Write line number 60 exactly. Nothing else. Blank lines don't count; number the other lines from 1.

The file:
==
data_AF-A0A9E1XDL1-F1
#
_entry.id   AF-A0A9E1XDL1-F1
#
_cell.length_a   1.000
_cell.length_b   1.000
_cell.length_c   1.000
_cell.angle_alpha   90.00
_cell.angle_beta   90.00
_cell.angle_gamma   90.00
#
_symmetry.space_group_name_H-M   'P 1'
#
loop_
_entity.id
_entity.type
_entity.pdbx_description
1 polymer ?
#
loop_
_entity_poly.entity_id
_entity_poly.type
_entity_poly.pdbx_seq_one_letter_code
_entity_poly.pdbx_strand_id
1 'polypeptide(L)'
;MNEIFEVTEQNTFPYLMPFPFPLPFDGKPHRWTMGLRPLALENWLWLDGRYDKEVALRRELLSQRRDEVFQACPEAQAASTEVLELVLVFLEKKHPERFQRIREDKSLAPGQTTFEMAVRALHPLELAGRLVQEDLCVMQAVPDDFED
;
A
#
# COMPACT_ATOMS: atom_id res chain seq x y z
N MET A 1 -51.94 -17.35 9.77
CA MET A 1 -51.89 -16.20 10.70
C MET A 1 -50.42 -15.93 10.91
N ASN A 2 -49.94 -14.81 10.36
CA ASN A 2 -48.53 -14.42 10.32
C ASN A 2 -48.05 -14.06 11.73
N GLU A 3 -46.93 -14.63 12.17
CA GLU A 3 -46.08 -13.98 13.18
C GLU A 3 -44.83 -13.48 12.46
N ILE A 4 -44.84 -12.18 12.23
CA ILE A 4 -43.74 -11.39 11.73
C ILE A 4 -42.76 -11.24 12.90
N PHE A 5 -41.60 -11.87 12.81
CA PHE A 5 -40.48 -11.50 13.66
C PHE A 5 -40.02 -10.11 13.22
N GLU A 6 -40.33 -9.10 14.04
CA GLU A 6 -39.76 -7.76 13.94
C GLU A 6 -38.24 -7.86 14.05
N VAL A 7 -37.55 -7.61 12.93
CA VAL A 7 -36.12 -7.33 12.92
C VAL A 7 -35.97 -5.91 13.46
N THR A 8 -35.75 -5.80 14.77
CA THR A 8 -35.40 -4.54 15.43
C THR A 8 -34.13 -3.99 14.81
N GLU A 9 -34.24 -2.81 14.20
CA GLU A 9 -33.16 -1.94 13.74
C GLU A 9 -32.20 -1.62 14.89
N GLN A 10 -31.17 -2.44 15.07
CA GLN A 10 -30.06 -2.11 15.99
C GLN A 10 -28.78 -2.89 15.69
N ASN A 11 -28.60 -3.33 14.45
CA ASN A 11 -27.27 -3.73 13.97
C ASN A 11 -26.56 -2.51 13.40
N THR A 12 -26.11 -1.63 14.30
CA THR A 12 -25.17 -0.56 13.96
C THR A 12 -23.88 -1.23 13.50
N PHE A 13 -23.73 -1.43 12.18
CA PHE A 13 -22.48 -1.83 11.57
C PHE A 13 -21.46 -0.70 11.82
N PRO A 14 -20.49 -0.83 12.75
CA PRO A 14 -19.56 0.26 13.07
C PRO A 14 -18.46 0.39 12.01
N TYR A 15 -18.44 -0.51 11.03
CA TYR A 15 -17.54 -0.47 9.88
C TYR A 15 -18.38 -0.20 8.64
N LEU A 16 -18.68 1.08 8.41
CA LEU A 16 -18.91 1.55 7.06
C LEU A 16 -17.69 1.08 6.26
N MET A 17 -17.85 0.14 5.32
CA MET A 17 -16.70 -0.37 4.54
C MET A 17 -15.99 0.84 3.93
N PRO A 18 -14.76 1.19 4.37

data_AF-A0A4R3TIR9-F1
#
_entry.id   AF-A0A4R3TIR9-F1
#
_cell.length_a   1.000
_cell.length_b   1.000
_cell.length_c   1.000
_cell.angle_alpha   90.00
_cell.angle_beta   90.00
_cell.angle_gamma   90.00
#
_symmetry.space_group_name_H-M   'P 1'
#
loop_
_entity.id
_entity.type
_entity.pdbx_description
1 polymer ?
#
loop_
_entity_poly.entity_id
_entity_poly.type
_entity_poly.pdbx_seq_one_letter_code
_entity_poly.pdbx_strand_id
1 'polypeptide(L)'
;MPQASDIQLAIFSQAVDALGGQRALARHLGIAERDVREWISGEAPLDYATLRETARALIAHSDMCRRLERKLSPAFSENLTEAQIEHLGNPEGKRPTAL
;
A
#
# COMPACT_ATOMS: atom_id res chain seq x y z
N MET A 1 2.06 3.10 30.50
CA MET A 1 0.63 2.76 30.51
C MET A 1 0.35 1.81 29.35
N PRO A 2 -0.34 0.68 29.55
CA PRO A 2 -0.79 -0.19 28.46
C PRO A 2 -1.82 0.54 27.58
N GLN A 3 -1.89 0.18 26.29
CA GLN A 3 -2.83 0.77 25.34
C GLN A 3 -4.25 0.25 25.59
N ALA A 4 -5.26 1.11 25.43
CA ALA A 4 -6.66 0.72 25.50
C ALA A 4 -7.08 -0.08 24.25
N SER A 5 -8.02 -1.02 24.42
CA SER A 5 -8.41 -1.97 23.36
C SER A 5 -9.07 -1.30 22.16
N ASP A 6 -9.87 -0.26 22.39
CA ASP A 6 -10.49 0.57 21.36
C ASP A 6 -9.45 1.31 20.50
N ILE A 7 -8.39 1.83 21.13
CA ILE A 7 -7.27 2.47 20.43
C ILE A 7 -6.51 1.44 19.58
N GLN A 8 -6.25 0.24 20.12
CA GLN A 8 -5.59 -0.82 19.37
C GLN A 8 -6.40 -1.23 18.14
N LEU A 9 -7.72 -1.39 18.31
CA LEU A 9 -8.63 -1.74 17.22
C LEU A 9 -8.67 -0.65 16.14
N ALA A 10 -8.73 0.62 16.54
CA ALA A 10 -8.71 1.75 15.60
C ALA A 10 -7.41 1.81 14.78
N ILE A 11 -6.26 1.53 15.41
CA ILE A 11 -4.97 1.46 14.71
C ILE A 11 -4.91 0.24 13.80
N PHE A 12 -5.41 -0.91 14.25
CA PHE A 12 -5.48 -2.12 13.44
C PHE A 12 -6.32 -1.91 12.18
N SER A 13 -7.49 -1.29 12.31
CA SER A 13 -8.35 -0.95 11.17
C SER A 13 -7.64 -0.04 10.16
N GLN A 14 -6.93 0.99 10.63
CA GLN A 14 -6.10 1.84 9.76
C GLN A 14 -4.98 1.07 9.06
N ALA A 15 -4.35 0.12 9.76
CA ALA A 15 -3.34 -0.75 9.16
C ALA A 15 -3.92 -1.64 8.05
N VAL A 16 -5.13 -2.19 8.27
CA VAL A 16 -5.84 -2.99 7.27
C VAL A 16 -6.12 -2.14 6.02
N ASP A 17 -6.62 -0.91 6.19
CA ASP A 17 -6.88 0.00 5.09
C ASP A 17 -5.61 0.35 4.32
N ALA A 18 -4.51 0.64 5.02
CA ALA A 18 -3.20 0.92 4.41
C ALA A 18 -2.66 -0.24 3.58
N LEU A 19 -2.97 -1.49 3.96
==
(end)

C GLN A 10 -28.78 -2.89 15.69